Front-engined British F1 contenders from Lotus and Aston Martin – private owner David Piper in his Lotus 16 under pressure from Texan works driver Carroll Shelby in his DBR4/250. ‘Pipes’s race ended after 19 laps with ‘queerbox’ failure and ‘Ole Shel’ went out when Aston’s ignition lost its spark. The Astons had qualified well, Salvadori second and Shelby sixth.
Shelby practices his lines…
During practice at Aintree some blokes had found it hard to concentrate on the job at hand – Shelby of Aston Martin – while others could only look on and approve of their rival’s taste (and inattention) like Brabham, all dressed up and raring to go. Jack put in almost the perfect performance, qualifying convincingly on pole, then leading throughout the race. But he did not set fastest lap, Moss and McLaren sharing it during their late-race duel for second. The BARC timekeepers still used fifth-of-a-second ‘eggtimers’ to credit Stirl and Bruce with 1min 58sec each – against Jack’s 1min 59sec for pole.
Breakaway from tradition
First lap out in the country, with four rear-engined runners against five front-engined traditionalists: Brabham’s Cooper Type 51 is haring away from Harry Schell’s BRM Type 25, Salvadori’s Aston Martin, Jo Bonnier’s BRM, on the wide line Moss’s BRP-entered BRM, then Masten Gregory’s tail-wagging works Cooper, Maurice Trintignant’s Rob Walker-entered Cooper (18), McLaren’s works Cooper (16)… and Graham Hill’s ultra-light Lotus 16 (28).
In Ferrari’s absence, French GP winner Tony Brooks tried to add to his World Championship points in an updated Vanwall. John Bolster reported: “It would appear the delicate art of tuning the fuel injection system for clean acceleration has been temporarily lost, for last year’s triumphant exhaust note was never heard… the abortive comeback of the Vanwall made me wince at the sight of that magnificent driver… being condemned to circulate among the F2 cars.” Here chief mechanic Cyril Atkins (right) looks on while Norman Burkinshaw competes with the windscreen wrap-around’s confines. Oh dear…
Moss makes the best of BRM
On ‘Easter Tuesday’ Moss had tested BRM’s much-improved Type 25 and clocked Goodwood’s first 100mph lap. He had raced a works car at May Silverstone but the brakes failed. Suspicious of BRM preparation, he asked Alfred Owen to loan a car to the BRP team. When his first-choice Rob Walker Cooper lost the Monaco and Dutch GPs with gearbox failure he played the BRP-BRM card at Reims and Aintree… where he wrung the car’s neck but still finished second.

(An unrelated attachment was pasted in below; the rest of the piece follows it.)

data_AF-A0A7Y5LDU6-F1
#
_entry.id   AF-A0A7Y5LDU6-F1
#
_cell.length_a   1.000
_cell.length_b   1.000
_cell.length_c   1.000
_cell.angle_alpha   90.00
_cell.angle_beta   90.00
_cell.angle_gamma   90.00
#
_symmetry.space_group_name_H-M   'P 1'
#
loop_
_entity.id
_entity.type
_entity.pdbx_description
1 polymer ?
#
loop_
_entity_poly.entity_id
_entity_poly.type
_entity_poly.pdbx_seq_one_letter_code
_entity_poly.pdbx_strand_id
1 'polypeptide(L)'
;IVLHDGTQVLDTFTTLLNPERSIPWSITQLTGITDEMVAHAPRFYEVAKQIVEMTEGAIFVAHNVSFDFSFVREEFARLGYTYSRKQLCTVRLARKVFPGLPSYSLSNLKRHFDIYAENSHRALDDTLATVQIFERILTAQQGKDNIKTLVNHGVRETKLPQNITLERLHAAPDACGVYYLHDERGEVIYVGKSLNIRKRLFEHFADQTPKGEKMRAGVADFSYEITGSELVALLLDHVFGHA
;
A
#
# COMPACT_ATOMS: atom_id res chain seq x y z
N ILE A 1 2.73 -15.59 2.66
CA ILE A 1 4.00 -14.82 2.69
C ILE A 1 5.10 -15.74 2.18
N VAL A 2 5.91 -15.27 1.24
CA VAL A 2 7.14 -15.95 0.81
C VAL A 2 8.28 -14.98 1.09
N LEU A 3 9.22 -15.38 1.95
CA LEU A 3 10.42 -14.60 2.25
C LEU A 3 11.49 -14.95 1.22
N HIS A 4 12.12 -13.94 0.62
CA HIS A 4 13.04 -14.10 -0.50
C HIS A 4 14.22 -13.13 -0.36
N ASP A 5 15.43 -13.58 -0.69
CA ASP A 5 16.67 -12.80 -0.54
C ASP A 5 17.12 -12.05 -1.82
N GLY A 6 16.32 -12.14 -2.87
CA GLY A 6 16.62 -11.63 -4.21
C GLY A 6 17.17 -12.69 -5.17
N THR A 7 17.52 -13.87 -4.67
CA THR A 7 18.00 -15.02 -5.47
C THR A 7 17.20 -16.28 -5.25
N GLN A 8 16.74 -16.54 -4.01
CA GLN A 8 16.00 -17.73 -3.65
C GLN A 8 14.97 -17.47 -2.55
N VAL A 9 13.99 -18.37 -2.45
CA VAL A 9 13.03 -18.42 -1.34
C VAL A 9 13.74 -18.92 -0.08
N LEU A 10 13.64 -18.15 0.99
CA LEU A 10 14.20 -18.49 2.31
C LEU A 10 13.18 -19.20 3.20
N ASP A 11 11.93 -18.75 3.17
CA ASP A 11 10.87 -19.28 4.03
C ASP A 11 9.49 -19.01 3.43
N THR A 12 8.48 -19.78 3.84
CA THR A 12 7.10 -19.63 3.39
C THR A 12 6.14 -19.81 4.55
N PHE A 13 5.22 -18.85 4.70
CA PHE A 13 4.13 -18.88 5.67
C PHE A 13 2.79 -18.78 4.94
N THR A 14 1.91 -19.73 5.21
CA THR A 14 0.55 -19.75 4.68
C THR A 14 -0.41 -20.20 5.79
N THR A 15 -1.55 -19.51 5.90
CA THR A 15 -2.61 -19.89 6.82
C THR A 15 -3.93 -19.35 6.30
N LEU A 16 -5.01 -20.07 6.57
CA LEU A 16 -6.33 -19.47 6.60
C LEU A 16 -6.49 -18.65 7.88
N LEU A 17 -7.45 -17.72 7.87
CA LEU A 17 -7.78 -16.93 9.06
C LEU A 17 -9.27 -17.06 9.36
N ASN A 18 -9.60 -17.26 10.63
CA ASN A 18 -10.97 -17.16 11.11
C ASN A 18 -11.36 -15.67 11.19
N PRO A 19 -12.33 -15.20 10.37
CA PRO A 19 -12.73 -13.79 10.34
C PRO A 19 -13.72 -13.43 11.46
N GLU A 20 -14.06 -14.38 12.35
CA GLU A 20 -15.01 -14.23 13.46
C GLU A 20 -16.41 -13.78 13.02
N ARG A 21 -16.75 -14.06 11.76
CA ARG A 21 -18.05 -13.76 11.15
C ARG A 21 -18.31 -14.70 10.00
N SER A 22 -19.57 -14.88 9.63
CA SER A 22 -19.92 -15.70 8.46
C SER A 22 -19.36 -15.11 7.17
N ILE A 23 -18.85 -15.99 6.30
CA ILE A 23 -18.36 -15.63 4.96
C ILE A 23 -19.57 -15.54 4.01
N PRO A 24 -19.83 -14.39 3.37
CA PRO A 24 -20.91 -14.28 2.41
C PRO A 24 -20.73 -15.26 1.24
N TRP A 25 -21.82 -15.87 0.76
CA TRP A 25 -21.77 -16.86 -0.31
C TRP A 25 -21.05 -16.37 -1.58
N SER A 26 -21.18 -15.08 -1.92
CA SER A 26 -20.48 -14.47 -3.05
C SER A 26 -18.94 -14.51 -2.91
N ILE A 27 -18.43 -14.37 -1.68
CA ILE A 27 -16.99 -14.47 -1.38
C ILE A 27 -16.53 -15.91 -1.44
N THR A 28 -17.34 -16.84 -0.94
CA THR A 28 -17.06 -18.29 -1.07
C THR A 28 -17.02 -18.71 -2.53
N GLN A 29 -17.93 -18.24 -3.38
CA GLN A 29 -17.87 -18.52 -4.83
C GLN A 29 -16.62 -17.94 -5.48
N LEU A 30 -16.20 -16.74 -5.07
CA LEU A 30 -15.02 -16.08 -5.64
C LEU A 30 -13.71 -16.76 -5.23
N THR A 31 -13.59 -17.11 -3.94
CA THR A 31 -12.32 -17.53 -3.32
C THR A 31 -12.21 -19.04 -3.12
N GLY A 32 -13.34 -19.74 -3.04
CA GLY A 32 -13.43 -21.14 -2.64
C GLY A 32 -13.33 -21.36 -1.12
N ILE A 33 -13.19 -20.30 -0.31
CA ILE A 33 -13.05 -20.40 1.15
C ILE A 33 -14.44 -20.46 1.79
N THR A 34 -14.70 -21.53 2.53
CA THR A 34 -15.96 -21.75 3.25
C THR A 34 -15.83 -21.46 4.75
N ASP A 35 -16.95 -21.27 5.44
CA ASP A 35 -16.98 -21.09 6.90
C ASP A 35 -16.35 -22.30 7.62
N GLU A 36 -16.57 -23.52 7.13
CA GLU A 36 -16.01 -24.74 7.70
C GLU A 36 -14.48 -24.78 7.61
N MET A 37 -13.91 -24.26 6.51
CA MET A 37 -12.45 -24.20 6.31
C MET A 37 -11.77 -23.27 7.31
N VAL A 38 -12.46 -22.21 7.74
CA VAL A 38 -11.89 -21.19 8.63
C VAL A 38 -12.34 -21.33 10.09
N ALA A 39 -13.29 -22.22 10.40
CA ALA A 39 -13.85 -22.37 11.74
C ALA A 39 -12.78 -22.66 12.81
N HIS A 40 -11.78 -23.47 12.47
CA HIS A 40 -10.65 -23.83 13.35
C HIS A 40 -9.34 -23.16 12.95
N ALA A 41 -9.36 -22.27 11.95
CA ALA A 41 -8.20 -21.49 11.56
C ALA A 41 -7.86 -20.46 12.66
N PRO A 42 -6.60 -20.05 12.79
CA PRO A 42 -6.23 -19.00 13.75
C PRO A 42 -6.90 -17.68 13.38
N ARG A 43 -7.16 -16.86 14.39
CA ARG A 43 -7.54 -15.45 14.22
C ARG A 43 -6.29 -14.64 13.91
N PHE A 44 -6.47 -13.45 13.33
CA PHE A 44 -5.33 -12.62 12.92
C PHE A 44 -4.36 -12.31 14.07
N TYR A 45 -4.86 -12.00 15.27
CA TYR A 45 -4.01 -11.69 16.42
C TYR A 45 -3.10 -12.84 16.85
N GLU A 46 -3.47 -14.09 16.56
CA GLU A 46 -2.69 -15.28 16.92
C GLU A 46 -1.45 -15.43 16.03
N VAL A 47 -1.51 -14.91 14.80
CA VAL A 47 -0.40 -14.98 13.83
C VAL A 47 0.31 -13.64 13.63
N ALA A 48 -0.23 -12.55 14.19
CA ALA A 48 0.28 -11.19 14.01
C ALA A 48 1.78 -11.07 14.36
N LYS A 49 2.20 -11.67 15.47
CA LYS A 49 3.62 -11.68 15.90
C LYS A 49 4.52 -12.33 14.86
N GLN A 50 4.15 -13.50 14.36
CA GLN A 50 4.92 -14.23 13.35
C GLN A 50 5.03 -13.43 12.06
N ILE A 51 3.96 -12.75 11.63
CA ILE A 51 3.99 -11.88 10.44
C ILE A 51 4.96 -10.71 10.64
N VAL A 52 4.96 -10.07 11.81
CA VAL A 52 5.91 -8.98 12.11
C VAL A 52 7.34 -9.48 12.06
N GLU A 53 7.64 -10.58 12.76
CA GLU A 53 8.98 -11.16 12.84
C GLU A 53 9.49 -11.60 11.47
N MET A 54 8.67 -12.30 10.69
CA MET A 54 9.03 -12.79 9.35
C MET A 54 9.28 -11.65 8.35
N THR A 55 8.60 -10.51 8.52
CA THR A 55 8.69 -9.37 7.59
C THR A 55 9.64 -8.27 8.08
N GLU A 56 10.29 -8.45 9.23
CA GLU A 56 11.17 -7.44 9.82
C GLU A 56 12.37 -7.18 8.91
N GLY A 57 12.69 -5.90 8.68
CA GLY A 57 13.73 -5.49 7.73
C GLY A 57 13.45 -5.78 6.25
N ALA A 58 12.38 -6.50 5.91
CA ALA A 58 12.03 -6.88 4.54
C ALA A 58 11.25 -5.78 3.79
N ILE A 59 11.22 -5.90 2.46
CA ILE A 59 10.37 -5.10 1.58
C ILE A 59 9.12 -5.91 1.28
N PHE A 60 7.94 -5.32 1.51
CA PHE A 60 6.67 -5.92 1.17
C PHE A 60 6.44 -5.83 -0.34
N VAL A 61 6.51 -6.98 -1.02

An eggtimer finish!
The last-gasp dash for the finish line between Moss’s BRP-liveried BRM Type 25 (left) and Kiwi newcomer McLaren’s works Cooper Type 51 as Bourne’s best beat Surbiton’s finest to second by – according to those eggtimers – their smallest recordable margin of one fifth of a second.
A grin and a wince…
Varying fortunes, bygone style and real substance – sober lounge suits and horn-rimmed spectacles alike for team chiefs Charles Cooper and Tony Vandervell. The latter’s teardrop cars had won here in 1957 and clinched the inaugural F1 constructors’ title in ’58. He’d withdrawn his Vanwall team from full-time racing for ’59, but ran one modified car here for Brooks. When it performed pathetically he gave the start and appearance money to the driver. After such a scintillating performance from Jack and his Type 51, Cooper had no such problem.
McLaren shows true grit
Bruce McLaren drove a stupendous Aintree race in his Cooper, still wearing the grit-blasted nose cone from Reims where the sun-cooked track surface broke up. That day ‘Pop’ McLaren and his wife were spectating for the first time at a real GP. When they saw their exhausted son stagger from his car, his goggles smashed and awash with a mix of sweat and blood “like pink Champagne”, they had wondered if F1 “is always like this?” At Aintree, Bruce showed them the other side of the coin.